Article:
When I think of 1960s Japanese gangster films I generally think of Seijun Suzuki‘s Branded To Kill and Tokyo Drifter – eclectic, idiosyncratic, cult films that are often quite inaccessible and over the top. Alternately, there are the noir films that Akira Kurosawa made – Drunken Angel, Stray Dog and especially High And Low, which fit the aesthetic but aren’t exactly genre films – they tend to be more natural in their direction and performance style (albeit with some stylistic flourishes).
Pale Flower is different. It’s film noir in the very best way, fatalistic, sombre, with a plot and tone that is more comparable to Jean Pierre Melville than any Japanese director, and the classic Hollywood films that influenced him. Masahiro Shinoda was at the forefront of the Japanese New Wave, and he brings all the stylistic choices that go along with it. The use of slow motion, quick cuts and the unconventional narrative, along with the film noir aesthetic lend the film a unique feel.
Ryo Ikebe is incredible as the laconic Muraki, a Yakuza recently released from prison. An antecedent of Alain Delon‘s hitman in Le Samourai, he makes even the simple act of eating an apple look effortlessly cool. Disinterested in his role in the Yakuza gang, he instead turns his attention to a mysterious woman (Mariko Kaga) who frequents the same gambling parlour as him. Elegant and refined, she’s out of place among the seedy clientele, but quickly turns the tables on her fellow gamblers. As Muraki finds himself drawn to her, he discovers that she is a compulsive thrill seeker, recklessly speeding in her car, and throwing herself into volatile situations, a habit that gets increasingly dangerous the more time she spends with Muraki, leading to a grimly inevitably conclusion.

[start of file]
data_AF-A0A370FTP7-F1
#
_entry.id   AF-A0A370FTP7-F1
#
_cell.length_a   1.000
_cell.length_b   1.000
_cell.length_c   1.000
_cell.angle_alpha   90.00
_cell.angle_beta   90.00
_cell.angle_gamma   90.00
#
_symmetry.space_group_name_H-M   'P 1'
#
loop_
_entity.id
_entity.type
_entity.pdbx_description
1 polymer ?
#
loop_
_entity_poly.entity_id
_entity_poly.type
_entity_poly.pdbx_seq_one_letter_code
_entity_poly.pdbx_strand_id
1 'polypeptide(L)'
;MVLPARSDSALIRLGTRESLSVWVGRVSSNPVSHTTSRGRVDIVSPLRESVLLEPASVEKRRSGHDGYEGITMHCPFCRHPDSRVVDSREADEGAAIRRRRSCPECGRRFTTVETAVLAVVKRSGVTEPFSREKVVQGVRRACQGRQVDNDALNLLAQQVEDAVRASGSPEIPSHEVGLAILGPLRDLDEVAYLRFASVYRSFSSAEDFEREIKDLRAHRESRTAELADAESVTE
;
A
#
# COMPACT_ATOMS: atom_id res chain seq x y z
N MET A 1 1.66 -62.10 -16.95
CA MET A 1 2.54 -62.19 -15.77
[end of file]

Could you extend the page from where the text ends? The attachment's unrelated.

There are several impeccably constructed sequences – the fast paced foot chase between Muraki and the knife throwing Yoh (Takashi Fujiki) is supremely tense, and the ritualistic gambling scenes themselves are beautifully constructed. The sound design is particularly effective here, as the clacking of the chips / tokens essentially becomes part of Toru Takemitsu’s avant-garde score. Takemitsu combined the sound of the tiles with audio recordings of tap-dancers on concrete, infusing the games with a hypnotic, percussive quality, while the operatic murder at the films climax is majestically set to a piece from Dido and Aeneas by Purcell.
There’s also a wry sense of humour running through the film – the gangsters bosses aren’t your usual cool gangsters; their conversations revolving more around mundane things like the weather and horse racing, while meeting their subordinates at the dentist. They feel more like salarymen than gangsters, and the disdain Muraki holds the organisation has changed since Muraki’s imprisonment is printed all over
There are words and phrases that get overused in reviews, a lot, and “Stark black and white cinematography” is one of these and while it’s true of Pale Flower, this really doesn’t do justice to Masao Kosugi’s stunning cinematography. Every shot is beautifully framed and positively drenched in inky black shadows and silhouettes, and the use of lighting and sharp focus is simply breathtaking. Criterion’s new high-definition digital restoration looks incredible, and makes the location photography and shifts in focus all the more striking.
There’s nothing I like more than discovering a forgotten classic, and Pale Flower certainly fits the bill – it’s an impossibly cool, bleak film, and one that is well worth a watch. It’s at once romantic, fatalistic and full of existentialist dread, with an enigmatic gut-punch of an ending. The noir-iest Japanese noir I’ve ever seen.
Quite sparse for a Criterion release, but it’s a matter of quality over quantity. This release comes with a new video interview with director Masahiro Shinoda, partial audio commentary by film scholar Peter Grilli, where he examines the unique score in more depth; Original theatrical trailer; newly improved English subtitle translation; Finally, a new essay by film critic Chuck Stephens